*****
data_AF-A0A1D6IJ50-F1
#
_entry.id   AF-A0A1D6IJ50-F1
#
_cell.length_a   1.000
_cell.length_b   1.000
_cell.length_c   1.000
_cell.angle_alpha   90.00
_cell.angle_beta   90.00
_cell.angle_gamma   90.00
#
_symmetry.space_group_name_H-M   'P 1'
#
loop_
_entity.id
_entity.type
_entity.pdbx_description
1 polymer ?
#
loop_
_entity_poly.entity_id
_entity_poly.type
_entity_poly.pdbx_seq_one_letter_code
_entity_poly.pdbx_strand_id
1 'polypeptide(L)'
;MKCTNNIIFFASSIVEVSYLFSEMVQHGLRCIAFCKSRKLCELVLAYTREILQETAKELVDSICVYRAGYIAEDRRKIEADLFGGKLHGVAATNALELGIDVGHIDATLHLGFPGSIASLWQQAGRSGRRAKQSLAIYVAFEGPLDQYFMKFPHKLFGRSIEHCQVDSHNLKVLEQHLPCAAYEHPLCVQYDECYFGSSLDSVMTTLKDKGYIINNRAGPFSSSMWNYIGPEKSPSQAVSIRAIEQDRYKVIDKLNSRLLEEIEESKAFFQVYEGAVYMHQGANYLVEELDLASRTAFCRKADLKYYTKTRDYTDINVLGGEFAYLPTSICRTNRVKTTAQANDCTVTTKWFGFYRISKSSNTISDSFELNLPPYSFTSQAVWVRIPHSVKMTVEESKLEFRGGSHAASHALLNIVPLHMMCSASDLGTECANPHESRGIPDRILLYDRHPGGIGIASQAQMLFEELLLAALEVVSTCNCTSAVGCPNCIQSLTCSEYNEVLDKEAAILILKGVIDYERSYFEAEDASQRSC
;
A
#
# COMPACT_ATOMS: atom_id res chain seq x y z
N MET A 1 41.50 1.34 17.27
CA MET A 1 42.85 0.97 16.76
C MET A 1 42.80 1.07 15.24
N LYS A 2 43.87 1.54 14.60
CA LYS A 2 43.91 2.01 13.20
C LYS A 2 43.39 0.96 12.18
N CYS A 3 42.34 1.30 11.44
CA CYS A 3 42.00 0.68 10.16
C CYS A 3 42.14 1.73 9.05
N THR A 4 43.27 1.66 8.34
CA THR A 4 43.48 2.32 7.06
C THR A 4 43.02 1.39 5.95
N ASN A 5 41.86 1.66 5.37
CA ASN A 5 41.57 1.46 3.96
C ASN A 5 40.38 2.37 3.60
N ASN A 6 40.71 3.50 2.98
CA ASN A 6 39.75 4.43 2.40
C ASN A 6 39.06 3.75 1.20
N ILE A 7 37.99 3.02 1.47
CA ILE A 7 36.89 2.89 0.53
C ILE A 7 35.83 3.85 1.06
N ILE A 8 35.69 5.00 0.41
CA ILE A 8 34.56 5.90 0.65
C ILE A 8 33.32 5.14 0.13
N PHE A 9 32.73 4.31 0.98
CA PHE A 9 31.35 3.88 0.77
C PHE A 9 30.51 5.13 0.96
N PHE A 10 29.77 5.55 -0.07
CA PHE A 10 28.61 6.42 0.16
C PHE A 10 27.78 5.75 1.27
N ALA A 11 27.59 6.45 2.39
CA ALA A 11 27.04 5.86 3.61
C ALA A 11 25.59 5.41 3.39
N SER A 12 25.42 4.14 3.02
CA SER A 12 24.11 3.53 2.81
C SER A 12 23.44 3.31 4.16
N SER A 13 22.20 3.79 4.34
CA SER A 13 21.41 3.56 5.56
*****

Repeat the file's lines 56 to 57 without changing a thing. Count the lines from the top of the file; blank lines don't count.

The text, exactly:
CA PHE A 9 31.35 3.88 0.77
C PHE A 9 30.51 5.13 0.96